Yes, I saw the posts about this puzzle there.

Other than referring to a hair style I didn't know what 'braids' meant, and so I looked it up.

When I read some of the blurb about 'braid theory' my eyes glazed over and my brain went into a deep trance, but luckily just before it was too late to revive me my cuckoo clock went berserk and woke me up!

I'm much wiser now and was happy just to play Geogebra.

]]>Very good! Glad you liked it. Did you see what we did with it over here:

http://www.mathisfunforum.com/viewtopic … 91#p200691

Post #1253

]]>A nice graphical solution method!

]]>Three runners start on the same spot of a circular track. They are called B,C and D. The ratio of their speeds is 3:5:7 respectively. We assume a constant speed around the track and they run in a clockwise fashion.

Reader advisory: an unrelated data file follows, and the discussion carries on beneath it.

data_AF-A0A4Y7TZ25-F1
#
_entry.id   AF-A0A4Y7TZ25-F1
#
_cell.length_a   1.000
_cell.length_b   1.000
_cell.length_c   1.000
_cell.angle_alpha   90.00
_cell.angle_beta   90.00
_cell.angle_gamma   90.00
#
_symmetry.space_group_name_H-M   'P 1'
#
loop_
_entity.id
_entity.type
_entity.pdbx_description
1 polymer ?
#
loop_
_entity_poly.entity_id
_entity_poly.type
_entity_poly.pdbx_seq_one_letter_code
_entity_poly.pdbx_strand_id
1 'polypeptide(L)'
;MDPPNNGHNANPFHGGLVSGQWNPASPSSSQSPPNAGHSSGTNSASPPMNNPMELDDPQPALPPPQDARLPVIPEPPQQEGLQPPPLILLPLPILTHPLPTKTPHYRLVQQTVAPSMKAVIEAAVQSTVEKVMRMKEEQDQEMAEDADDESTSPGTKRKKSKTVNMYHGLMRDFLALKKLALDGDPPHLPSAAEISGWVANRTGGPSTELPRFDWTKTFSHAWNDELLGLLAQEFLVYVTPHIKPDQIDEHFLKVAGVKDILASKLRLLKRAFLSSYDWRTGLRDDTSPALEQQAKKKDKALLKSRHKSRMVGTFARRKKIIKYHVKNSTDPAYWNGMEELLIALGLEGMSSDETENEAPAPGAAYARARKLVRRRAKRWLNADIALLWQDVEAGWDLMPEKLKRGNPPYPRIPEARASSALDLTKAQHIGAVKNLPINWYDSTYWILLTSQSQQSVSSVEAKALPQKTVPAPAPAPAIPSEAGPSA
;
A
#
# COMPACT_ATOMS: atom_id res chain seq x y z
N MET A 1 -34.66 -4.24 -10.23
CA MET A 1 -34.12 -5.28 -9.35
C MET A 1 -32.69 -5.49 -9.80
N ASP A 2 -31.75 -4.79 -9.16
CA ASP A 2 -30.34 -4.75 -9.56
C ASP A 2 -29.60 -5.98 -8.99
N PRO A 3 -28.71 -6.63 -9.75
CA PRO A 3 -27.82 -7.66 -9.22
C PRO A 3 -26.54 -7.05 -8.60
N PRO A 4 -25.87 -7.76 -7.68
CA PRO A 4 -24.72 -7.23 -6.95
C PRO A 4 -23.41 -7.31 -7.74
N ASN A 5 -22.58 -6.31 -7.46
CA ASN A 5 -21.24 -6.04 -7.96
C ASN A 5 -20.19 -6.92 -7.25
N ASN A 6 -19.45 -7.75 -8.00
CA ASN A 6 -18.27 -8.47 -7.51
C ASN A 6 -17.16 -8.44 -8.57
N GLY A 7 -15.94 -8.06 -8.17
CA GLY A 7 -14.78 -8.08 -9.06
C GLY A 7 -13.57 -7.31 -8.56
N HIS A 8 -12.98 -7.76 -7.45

How many times will C and D lap B before they all meet up at the same point? Where is this first point of triple intersection?

Let's solve as best we can it using no math or programming, just with geogebra.

1)Use the circle with radius tool to draw a circle with the center at the origin and with a radius of 5. Color it a light brown.

2)Put 3 points on the circle called B,C and D.

3) Color them and enlarge to size 5.

4) Set the Algebra pane in object properties of B to

Cartesian coordinates.

increment .05

speed .3

repeat decreasing

5) Set the Algebra pane in object properties of C to

Cartesian coordinates.

increment .05

speed .5

repeat decreasing

6) Set the Algebra pane in object properties of D to

Cartesian coordinates.

increment .05

speed .7

repeat decreasing

7)Drag B,C and D to coordinates (0,5) and now hide the axes. Get this as accurate as possible by dragging or inputting the values. All 3 points should appear as one.

8)In the algebra pane select B,C and D, right click and click animation on.

The picture below shows that a triple intersection is about to occur at 180° from the start position. How many times did someone lap someone else?

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